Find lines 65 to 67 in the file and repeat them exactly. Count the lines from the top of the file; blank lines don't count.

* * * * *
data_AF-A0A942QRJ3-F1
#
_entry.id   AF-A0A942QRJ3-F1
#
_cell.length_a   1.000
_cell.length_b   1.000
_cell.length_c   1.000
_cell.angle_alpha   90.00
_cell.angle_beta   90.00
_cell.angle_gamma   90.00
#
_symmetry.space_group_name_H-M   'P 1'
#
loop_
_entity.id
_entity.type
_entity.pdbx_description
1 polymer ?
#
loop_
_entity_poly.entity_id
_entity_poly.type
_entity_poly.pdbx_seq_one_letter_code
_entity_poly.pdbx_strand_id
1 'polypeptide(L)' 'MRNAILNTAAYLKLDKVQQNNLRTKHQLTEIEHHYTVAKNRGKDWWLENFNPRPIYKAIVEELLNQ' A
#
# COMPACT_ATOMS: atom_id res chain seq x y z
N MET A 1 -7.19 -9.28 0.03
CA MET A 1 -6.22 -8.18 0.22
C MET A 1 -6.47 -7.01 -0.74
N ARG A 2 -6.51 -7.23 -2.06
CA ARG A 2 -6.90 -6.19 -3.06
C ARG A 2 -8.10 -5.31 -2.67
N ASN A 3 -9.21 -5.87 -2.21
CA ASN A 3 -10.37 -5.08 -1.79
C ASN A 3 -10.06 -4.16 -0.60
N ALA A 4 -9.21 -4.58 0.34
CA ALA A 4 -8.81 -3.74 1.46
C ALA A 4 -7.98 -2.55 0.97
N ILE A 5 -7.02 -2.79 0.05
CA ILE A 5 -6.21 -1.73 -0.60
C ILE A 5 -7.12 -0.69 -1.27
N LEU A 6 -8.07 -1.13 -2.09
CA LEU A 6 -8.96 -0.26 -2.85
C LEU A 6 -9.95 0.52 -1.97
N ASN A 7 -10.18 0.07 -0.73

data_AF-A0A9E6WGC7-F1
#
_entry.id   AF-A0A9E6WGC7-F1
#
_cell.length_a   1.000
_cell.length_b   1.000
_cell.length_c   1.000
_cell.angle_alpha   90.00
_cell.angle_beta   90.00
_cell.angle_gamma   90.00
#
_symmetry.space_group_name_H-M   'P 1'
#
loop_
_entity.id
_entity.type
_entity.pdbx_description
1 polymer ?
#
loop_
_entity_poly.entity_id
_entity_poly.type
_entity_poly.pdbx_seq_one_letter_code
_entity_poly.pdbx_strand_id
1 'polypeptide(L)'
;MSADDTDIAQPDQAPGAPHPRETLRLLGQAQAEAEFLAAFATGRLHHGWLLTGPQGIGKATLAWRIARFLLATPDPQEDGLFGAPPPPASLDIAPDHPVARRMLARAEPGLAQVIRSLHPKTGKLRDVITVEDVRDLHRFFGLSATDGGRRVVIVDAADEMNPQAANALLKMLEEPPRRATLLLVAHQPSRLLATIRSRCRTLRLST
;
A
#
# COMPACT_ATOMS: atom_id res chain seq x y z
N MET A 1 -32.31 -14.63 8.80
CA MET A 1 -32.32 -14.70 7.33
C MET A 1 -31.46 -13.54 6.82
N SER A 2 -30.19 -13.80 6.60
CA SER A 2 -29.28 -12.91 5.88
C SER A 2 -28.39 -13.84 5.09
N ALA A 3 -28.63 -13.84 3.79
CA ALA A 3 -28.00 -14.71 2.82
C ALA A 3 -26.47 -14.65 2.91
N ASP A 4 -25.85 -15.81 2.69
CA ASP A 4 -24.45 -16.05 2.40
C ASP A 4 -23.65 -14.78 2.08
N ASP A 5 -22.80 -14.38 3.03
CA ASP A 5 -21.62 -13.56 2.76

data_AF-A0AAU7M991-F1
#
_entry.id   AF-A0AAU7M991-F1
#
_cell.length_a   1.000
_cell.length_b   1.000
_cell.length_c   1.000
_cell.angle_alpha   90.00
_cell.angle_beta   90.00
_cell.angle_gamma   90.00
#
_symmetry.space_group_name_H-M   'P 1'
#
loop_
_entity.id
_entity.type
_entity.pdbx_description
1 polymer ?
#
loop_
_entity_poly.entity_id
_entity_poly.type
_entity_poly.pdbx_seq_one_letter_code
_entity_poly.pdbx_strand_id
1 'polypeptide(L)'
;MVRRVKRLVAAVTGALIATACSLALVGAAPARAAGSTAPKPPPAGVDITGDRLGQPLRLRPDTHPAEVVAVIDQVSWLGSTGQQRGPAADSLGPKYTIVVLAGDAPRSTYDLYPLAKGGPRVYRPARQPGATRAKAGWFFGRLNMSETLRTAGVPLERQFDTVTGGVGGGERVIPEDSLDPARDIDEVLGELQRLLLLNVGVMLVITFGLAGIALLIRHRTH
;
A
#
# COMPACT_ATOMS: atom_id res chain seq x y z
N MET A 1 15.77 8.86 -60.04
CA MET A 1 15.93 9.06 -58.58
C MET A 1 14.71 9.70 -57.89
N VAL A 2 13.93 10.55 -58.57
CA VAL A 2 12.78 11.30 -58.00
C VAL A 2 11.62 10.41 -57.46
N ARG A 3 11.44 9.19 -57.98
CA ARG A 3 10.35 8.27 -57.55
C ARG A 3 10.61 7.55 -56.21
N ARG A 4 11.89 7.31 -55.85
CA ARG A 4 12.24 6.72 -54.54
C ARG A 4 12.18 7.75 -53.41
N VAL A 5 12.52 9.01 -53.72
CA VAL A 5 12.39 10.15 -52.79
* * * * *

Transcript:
#
loop_
_entity_poly.entity_id